Isaiah David Paul
Solomon Waterwine – August 2013

Originally published as A WALK IN MY SHOES/NEVER TOO MUCH by Jaeyel Imes
RBANWRTR – 1998, 2000

Previously published as ROLLIN’ WIT’ THE PUNCHES
by Jarold Imes
Abednego’s Free – 2008

This book, along with Never Too Muchand U Can’t Break Memake up my debut novel, originally titled A Walk in My Shoes.

The original publication of this book was in a three-ring binder, printed from an ink jet printer. I printed twelve copies, of which I only got back three. I sold seven of the three-ring binder copies for $10 each. My first readers were my classmates at my high school and a couple of people from other high schools in Winston Salem.

My book got passed around so many times that some of the people who bought copies didn’t get theirs back either.

I was proud, I had done what no other black sixteen year old at that time in America had done. I had published a books, and it was selling a few copies and people were talking about it.

The original version featured four young men and the problems they went through. One was a teenage father, another dealt with sexuality issues, a third was incarcerated and the fourth tried to commit suicide.

My peers loved this book because they finally felt like their was a novel about teens written for teens that addressed their issues. Adults hated this books because they wanted this to be a teen book and I had too much language and the sex scenes rivaled what could be found in a Zane novel (their words, not mine–love you big sis).

I mainly wanted this book to be a conversational piece that would encourage parents and teens to talk. Fifteen years later, I feel we are still missing the mark. Parents are just allowing their teens to do whatever. Well, that’s not fair. Both parents have to work two to three jobs just to keep a roof over the heads. I get that now.

First reviews when the book hit trade paperback were horrible. I was 19 then and a little sensitive. The reviewers were not kind hearted people and I couldn’t take that they didn’t like the book. A few of them went as far as to say they didn’t like me. One said in a private email that my mother should’ve aborted me.

Thanks for the encouragement.

Since then, and for most of the last fifteen years, I have outright refused to send review copies of any book I write to reviewers. Especially when I saw these reviewers selling copies they were giving for free. I have made some exceptions but I just can’t bring myself to do it.

I’m not scared of reviewers–but to be bold enough to say some insensitive and unprofessional comment like that has struck a nerve.

I grew bitter. Most of the other African American authors were not helpful either. I remember Omar Tyree and James Earl Hardy and a few years later, E. Lynn Harris being the only authors that would try to give me direction when I was young. That is why I vowed to help all young black authors whom came after me and for the next fifteen years, I cheered, celebrated the accomplishments of several young authors who’d come after me.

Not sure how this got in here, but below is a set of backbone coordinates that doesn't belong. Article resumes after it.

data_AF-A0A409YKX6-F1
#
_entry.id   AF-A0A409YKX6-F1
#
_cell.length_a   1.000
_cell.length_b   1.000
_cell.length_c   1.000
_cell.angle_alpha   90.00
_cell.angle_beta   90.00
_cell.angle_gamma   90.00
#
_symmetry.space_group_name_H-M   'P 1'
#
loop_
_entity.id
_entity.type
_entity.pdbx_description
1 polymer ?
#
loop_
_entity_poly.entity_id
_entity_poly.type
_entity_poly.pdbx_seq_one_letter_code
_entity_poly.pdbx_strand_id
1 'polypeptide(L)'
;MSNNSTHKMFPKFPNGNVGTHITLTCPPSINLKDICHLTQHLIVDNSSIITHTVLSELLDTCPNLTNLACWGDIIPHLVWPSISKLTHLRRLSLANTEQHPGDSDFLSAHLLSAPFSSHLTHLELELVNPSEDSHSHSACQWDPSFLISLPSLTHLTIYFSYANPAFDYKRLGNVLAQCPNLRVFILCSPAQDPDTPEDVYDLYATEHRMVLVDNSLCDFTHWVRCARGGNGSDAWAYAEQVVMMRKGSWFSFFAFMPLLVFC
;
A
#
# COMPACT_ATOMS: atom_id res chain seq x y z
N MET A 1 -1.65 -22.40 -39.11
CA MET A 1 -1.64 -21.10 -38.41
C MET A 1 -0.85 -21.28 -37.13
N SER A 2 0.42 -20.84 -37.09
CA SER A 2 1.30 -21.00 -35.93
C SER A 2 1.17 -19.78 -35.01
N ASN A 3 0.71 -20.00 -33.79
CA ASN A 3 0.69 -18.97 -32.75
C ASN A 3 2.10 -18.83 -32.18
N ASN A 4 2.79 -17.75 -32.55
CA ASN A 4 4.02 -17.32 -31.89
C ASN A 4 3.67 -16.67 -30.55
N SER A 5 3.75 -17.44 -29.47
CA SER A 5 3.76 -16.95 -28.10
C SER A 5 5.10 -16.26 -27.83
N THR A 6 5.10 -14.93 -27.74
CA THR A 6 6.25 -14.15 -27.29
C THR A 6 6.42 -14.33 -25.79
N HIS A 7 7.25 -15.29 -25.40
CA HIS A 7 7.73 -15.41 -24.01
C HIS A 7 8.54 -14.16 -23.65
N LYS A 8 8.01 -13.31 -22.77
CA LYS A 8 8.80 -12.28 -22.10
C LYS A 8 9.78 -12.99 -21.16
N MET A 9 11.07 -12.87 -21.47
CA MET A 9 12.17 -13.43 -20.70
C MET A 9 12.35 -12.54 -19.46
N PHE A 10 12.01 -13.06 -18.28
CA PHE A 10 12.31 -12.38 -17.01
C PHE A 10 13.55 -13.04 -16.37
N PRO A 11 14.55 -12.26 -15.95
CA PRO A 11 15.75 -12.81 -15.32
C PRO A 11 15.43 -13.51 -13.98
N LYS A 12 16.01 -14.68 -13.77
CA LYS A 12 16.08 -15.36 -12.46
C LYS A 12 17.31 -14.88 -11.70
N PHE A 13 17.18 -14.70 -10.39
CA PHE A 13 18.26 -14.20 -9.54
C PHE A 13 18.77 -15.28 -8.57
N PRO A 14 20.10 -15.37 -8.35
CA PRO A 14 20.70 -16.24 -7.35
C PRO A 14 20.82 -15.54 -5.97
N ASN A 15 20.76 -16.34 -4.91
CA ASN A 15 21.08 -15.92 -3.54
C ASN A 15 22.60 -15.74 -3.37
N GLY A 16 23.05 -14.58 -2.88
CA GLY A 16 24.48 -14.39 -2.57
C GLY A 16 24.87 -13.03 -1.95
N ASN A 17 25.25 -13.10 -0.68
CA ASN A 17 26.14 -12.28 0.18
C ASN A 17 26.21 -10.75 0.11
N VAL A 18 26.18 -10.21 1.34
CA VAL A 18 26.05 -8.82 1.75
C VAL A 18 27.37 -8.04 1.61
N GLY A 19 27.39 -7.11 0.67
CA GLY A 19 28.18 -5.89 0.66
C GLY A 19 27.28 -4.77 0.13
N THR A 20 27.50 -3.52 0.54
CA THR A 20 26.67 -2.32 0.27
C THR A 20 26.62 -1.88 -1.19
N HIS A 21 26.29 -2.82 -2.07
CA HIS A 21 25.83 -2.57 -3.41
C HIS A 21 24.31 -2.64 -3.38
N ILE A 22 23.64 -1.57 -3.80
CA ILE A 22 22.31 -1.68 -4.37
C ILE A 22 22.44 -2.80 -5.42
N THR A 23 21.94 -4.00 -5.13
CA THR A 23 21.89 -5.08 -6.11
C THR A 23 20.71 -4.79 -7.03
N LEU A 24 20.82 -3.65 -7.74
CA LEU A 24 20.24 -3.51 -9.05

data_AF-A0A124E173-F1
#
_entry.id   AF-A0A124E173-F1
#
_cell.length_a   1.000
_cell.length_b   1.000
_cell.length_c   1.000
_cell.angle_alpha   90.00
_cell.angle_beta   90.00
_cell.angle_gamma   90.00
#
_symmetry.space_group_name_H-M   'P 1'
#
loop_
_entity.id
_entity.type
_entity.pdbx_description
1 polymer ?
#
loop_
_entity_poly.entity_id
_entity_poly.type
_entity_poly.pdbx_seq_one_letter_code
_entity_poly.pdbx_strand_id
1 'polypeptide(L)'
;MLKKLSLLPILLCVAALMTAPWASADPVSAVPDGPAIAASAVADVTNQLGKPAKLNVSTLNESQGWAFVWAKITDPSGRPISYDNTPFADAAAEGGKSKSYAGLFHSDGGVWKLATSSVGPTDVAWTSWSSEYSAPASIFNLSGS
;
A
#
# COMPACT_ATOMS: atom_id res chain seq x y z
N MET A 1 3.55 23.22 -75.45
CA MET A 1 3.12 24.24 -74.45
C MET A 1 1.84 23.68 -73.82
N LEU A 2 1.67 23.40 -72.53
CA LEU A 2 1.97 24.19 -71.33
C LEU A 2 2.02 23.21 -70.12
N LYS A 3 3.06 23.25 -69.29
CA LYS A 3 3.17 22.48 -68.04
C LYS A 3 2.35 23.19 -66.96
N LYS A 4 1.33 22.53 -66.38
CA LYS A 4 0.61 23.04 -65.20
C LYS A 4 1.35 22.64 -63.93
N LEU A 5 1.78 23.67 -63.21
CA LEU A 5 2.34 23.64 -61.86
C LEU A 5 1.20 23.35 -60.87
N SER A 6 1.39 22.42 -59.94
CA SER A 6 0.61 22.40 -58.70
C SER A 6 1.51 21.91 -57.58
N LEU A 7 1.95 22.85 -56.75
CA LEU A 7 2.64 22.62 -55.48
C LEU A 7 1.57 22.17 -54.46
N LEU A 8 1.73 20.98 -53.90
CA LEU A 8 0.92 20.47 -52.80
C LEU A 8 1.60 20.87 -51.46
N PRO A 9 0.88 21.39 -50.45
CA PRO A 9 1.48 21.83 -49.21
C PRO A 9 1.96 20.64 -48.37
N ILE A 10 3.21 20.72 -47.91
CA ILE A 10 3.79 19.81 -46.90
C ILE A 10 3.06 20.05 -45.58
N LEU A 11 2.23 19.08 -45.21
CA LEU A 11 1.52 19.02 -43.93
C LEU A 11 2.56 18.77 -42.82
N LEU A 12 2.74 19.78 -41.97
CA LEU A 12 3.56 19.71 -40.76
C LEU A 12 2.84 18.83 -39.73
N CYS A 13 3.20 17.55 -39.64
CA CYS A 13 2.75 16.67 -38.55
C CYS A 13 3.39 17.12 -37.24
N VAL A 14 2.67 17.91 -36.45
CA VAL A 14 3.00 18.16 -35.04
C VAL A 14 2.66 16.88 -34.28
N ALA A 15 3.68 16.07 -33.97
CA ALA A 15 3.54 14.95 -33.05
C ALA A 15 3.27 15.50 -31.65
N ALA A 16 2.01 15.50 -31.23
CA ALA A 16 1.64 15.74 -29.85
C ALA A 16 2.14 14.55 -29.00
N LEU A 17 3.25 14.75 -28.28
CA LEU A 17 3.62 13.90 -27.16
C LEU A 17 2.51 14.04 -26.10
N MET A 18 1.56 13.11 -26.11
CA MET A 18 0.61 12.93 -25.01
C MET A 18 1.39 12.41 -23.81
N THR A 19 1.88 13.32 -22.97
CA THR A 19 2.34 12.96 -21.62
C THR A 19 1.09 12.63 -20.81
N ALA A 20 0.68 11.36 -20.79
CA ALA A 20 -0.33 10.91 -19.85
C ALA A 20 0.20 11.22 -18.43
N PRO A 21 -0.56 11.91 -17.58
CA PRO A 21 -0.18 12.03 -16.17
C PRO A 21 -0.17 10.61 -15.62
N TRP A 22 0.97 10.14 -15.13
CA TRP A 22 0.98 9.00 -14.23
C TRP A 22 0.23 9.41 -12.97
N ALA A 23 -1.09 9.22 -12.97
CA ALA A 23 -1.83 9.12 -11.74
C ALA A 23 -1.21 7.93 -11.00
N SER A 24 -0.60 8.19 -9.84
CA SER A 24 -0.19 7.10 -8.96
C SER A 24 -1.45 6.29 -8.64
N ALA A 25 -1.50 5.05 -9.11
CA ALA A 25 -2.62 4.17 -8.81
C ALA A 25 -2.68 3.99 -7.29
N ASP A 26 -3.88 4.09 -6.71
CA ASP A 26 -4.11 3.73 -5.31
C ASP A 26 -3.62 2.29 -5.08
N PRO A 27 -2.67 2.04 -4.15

In 2006, I was about to sign my very first publishing deal for a new teen series. I was familiar with the publisher and they thought I’d be really great addition. KaShamba Williams was helping me review my material and after going over Never Too Much, she suggested that I’d make the suicide book its own title.

I trusted her. She was one of the leaders of the new teen authors and being old TCP alumni, the family of authors who’d eventually adopt me and give me some guidance, I knew she knew what she was talking about.

Creating ROLLIN’ WIT THE PUNCHES as the last book of the original “Hold On Be Strong” series was one of the best decisions I’d ever made. I not only got to go in details about suicide and have a book in which I addressed a quiet epidemic, I got to talk about my Lord and Savior Jesus Christ. I got to talk about my personal situation with suicide. In the six months I took taking Tyson’s character out of Never Too Much, I also got to talk more about family involvement, which is very important in the recovery for teens who fail suicide attempts.

While I don’t talk directly about my attempts, I do catch a feeling or two when suicide is talked about. Lee Thompson Young’s suicide around a scheduled release of Man In The Mirror was too much for me to handle. So I pushed the book back until I was ready to sell it. Had nothing to do with my closeness to the actor. Suicide will continue to be a sensitive subject for me.

I’m happy Man In The Mirror is out. I love it’s cover, as the man slightly resembles how I picture Tyson. Also, it’s a faith fiction tale that has its humorous moments and features favorite characters from Holdin’, thus making this book, it’s prequel.

Published by isaiahdavidpaul

I am an Christian street lit novelist and all of my "hood" books under this name are Christ centered.

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